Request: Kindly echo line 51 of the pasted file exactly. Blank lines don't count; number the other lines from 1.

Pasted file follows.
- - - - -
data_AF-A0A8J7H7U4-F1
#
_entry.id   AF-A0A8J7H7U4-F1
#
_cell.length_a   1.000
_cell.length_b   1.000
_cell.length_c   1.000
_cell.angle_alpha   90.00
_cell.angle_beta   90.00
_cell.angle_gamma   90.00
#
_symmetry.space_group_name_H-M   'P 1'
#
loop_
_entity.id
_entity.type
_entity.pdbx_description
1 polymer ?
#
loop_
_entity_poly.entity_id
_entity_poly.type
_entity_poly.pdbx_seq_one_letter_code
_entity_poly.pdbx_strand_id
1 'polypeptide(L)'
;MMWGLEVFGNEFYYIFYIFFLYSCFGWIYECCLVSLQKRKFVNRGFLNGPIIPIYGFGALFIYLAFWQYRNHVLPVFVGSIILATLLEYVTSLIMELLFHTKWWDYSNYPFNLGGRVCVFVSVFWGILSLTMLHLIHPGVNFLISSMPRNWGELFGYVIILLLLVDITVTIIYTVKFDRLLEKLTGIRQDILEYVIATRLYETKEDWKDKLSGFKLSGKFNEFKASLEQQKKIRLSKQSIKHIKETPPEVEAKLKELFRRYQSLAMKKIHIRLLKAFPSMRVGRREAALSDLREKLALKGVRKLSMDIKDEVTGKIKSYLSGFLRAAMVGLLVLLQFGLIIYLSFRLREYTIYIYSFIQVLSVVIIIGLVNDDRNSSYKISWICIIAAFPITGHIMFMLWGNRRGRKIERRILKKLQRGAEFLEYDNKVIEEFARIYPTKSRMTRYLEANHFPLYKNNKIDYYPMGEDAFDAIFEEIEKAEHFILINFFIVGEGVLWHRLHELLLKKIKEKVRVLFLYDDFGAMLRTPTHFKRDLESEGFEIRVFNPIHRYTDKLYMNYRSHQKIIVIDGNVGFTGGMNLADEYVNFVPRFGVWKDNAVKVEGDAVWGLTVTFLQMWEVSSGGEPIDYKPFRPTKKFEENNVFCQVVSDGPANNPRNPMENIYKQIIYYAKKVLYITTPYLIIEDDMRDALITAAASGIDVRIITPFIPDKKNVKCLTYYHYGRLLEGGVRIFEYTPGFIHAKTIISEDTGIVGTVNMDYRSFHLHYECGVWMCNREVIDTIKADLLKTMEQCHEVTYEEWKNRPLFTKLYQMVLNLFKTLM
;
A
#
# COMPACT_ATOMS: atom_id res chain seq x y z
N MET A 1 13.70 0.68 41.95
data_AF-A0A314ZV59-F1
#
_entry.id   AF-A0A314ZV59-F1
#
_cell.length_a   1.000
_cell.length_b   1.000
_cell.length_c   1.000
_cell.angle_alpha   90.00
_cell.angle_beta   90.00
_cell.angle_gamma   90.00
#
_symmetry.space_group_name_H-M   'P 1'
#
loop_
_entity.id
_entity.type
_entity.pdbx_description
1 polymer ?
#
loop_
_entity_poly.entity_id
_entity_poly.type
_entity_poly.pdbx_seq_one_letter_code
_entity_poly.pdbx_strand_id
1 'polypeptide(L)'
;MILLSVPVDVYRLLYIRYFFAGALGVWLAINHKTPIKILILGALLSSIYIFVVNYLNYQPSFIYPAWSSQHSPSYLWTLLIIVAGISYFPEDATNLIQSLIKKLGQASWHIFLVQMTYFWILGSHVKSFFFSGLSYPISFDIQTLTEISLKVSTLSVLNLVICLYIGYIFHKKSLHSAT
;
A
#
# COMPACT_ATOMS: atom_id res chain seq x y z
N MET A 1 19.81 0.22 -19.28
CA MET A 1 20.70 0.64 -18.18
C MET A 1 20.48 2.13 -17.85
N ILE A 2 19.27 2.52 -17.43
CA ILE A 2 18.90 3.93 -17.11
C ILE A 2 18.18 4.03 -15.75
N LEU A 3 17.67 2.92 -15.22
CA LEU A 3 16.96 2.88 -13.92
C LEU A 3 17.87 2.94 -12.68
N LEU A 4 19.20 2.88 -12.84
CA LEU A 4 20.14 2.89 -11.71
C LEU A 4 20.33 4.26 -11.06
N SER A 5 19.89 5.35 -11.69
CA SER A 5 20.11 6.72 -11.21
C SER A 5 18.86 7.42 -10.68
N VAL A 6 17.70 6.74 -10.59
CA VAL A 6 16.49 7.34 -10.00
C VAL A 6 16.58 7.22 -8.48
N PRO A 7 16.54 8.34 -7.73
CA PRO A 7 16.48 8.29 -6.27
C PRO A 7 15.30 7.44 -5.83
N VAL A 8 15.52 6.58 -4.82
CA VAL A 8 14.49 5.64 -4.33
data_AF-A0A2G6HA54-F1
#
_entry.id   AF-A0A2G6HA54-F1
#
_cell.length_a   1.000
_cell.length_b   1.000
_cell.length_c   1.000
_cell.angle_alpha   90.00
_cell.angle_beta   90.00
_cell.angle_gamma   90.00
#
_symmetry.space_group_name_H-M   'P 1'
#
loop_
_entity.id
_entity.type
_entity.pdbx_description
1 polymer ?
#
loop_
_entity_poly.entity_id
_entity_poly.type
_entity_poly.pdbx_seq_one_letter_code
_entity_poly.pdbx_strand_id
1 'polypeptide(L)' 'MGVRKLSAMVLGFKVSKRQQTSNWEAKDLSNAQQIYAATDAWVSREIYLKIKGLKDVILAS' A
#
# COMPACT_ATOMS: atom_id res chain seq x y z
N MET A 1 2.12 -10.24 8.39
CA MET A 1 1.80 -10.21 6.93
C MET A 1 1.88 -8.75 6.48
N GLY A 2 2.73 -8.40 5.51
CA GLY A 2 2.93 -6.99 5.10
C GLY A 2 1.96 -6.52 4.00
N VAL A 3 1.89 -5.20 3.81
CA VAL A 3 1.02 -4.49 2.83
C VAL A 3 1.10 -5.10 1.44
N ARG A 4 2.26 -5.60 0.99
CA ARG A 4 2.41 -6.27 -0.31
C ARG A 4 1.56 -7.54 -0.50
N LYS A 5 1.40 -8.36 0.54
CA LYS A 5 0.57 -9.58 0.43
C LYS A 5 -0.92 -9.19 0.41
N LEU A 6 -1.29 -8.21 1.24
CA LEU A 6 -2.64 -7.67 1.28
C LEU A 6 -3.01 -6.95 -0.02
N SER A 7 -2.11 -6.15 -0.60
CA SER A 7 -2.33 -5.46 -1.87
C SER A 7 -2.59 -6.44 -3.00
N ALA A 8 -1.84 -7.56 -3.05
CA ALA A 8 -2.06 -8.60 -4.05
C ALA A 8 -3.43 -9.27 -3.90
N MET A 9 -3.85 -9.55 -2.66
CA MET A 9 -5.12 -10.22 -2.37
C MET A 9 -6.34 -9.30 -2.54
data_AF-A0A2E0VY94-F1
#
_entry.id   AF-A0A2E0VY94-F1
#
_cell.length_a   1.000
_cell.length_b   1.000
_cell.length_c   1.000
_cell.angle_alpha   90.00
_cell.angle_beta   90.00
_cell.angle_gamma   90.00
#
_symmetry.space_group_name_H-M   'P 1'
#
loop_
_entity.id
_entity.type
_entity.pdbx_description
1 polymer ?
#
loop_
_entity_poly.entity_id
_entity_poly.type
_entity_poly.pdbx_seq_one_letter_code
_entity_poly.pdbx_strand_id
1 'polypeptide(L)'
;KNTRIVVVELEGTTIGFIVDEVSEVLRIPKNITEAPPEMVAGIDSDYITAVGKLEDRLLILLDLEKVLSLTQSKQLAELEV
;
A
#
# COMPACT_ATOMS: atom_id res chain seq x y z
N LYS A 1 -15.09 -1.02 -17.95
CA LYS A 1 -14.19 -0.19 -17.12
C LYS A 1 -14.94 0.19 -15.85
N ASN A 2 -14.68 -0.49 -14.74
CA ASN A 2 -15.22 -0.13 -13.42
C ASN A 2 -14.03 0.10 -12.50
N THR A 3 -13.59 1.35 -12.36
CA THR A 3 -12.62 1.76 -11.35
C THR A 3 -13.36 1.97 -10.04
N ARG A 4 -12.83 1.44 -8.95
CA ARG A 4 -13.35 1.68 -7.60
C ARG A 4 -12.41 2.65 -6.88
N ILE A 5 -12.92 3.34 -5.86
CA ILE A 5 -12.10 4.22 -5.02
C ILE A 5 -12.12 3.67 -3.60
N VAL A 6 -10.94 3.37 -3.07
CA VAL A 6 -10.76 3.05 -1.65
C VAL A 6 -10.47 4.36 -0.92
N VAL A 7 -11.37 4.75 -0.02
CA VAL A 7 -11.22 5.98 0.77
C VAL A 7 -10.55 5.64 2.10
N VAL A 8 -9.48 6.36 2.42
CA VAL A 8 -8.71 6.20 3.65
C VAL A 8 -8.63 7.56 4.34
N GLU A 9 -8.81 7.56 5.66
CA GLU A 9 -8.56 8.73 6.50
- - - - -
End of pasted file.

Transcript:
loop_